Studio Ghibli's Scripting Process Is Practically Nonexistent

The very first film produced under the Studio Ghibli banner was Hayao Miyazaki's "Castle in the Sky" in 1986. Miyazaki's screenplay was based partly on Jonathan Swift's 1726 novel "Gulliver's Travels," which featured a floating island called Laputa populated by a people known as the Balnibarbi, who have devoted their lives to academics and the arts. In keeping with Swift's satirical nature, the Balnibarbi were also completely useless, having found no practical use for their studies. Miyazaki depicted Laputa has having long been abandoned, now only overseen by rusty, ancient robots. Miyazaki told most of Laputa's story through its design, and was careful to include visual references to multiple ancient Earth cultures on the floating island's walls. 

Miyazaki's visual approach to storytelling became pervasive throughout his work, and the directors at Studio Ghibli — including Isao Takahata, Yoshifumi Kondō, Hiromasa Yonebayashi, and Miyazaki's son, Goro Miyazaki — are largely known for their ability to slow down their films by carefully including quiet moments and incidental domestic action. Indeed, slow action, tone, atmosphere, and visual communication are so strong in Ghibli films it may not come as a surprise that most of the studio's productions are storyboarded prior to being scripted. 

In a 2002 interview with Midnight Eye, Miyazaki explained Ghibli's filmmaking process, and how the stories to his movies are discovered during the process.

That's the way I work

Hayao Miyazaki is apologetic about his preferred filmmaking process. Traditionally, an animated film is scripted first, with audio recording and design and storyboarding happening after. Miyazaki storyboards his film first, sans script. This must be aggravating for his team of animators, which Miyazaki acknowledged to Midnight Eye:

"That's true. I don't have the story finished and ready when we start work on a film. I usually don't have the time. So the story develops when I start drawing storyboards. The production starts very soon thereafter, while the storyboards are still developing. We never know where the story will go but we just keeping working on the film as it develops. It's a dangerous way to make an animation film and I would like it to be different, but unfortunately, that's the way I work and everyone else is kind of forced to subject themselves to it."

When asked if his script-less approach to filmmaking was due to a more intense focus on the more intimate part of storytelling, like character or empathy, he became surprisingly technical:

"What matters most is not my empathy with the characters, but the intended length of the film. How long should we make the film? Should it be two hours long or three? That's the big problem. I often argue about this with my producer and he usually asks me if I would like to extend the production schedule by an extra year. In fact, he has no intention of giving me an extra year, but he just says it to scare me and make me return to work. I really don't want to be a slave to my work by working a year longer than it already takes, so after he says this I usually return to work with more focus and at a much faster pace."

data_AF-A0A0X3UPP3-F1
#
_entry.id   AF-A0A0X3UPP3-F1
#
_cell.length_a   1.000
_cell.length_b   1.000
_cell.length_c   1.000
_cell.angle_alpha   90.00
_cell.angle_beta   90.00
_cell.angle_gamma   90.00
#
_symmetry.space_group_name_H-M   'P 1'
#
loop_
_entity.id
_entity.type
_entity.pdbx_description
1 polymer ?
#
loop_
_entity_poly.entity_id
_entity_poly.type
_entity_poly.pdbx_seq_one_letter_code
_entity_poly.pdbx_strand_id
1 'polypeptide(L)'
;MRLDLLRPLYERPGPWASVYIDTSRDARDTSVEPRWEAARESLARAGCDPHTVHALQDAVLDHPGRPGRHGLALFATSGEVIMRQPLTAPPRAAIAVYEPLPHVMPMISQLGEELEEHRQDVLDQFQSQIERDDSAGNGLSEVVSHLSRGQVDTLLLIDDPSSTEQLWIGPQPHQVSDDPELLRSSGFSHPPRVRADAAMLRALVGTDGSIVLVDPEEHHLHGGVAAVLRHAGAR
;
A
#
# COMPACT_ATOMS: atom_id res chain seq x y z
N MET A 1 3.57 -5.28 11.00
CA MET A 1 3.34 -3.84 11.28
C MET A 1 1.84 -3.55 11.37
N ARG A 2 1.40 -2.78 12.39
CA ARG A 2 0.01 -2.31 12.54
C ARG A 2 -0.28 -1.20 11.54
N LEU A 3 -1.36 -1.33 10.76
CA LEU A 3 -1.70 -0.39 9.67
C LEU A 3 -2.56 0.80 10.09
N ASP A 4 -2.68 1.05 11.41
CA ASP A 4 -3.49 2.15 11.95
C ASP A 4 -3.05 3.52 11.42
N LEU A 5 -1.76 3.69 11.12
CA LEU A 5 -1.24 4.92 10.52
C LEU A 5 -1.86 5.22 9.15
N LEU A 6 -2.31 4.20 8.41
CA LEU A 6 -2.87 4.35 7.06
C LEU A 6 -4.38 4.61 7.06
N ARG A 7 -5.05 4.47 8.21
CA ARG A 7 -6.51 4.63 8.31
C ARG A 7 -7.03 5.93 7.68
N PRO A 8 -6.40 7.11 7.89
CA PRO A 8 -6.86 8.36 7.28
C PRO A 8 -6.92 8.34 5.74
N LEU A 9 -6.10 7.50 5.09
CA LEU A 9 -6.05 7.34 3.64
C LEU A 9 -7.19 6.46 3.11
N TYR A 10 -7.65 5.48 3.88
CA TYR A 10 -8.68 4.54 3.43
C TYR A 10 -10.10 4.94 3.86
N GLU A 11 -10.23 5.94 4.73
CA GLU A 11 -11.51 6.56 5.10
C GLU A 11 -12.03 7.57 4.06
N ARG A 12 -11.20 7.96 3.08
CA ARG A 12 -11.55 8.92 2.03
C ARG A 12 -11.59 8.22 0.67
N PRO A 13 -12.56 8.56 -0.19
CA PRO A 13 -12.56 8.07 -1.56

It's notable that Miyazaki has never made a three-hour film, and Studio Ghibli's longest to date is Isao Takahata's 2013 film "The Tale of the Princess Kaguya," which runs 137 minutes.

Nothing goes to waste

It seems that Hayao Miyakzaki prefers this mode of storytelling as a means of achieving efficiency. Rather than workshop ideas to death, Miyazaki wants to include everything. He creates carefully as to not to have to shorten or edit things out later in the process. Miyazaki continued to Midnight Eye

"Another principle I adhere to when directing, is that I make good use of everything my staff creates. Even if they make foregrounds that don't quite fit with my backgrounds, I never waste it and try to find the best use for it."

Because animation is such a painstaking process — films typically take multiple years to animate — it gives Miyazaki plenty of time to draw, redraw, and really get inside the heads of his characters, effectively becoming them. The creation of the character is continuous, and it will be done up until the film is finally finished. 

"The characters are born from repetition, from repeatedly thinking about them. I have their outline in my head. I become the character and as the character I visit the locations of the story many, many times. Only after that I start drawing the character, but again I do it many, many times, over and over. And I only finish just before the deadline."

The film says no

At some point during the storyboarding process, the film itself takes over — Miyazaki describes a film as a cogent entity unto itself — and the director becomes the one following the demands of the movie, not the one dictating its terms.

"[T]here is an internal order, the demands of the story itself, which lead me to the conclusion. There are 1415 different shots in 'Spirited Away.' When starting the project, I had envisioned about 1200, but the film told me no, it had to be more than 1200. It's not me who makes the film. The film makes itself and I have no choice but to follow. "

Studio Ghibli's last film was Goro Miyazaki's "Earwig and the Witch," the studio's first film to be animated in CGI. Due in 2023 is Hayao Miyazaki's "How Do You Live?," based on the 1937 novel by Yoshino Genzaburo, about a teenage boy going to live with his uncle after the death of his father. It will contain no fantasy elements.